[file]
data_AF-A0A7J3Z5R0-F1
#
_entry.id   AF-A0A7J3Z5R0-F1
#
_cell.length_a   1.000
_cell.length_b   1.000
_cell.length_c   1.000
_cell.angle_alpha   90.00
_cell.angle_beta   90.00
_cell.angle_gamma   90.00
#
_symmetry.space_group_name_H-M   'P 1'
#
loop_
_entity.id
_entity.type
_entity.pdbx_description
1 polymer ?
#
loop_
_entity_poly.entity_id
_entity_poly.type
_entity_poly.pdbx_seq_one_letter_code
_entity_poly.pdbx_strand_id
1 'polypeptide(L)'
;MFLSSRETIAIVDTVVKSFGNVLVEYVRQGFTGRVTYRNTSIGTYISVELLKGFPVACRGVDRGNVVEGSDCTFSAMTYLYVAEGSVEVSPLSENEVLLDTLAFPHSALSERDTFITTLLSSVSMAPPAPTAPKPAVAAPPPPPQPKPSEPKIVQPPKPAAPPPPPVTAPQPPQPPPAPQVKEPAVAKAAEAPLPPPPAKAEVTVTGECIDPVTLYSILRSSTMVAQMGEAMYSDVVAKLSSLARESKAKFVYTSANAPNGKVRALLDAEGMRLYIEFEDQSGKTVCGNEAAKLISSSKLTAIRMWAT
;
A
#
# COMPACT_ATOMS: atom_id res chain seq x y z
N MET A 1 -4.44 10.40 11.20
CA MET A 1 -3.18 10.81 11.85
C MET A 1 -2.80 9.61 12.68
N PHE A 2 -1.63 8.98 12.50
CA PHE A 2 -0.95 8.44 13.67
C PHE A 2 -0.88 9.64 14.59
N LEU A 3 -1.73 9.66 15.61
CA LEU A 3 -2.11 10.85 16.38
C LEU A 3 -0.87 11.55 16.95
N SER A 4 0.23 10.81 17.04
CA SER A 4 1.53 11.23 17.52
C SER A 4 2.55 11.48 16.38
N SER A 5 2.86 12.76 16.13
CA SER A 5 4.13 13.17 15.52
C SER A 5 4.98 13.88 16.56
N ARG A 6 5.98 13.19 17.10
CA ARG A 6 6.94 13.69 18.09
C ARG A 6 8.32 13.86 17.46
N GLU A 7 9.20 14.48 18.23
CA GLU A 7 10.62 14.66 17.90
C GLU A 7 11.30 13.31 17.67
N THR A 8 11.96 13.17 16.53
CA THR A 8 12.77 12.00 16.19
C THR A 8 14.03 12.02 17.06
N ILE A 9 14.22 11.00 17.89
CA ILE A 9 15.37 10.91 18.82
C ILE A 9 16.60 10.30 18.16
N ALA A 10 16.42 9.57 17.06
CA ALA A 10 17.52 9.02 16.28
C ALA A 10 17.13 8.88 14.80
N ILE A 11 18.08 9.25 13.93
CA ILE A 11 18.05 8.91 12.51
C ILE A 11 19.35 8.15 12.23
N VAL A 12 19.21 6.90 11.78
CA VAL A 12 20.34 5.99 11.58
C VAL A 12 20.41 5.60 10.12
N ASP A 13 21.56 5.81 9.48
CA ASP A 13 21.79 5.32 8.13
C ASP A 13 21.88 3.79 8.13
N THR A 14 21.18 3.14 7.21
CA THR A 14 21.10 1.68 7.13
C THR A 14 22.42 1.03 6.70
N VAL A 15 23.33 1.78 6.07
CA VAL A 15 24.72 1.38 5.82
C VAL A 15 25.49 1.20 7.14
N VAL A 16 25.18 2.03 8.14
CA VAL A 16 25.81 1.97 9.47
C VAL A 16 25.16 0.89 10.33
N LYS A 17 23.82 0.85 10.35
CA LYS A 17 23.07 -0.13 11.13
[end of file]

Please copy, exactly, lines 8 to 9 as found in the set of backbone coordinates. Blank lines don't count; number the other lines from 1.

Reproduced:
_cell.angle_alpha   90.00
_cell.angle_beta   90.00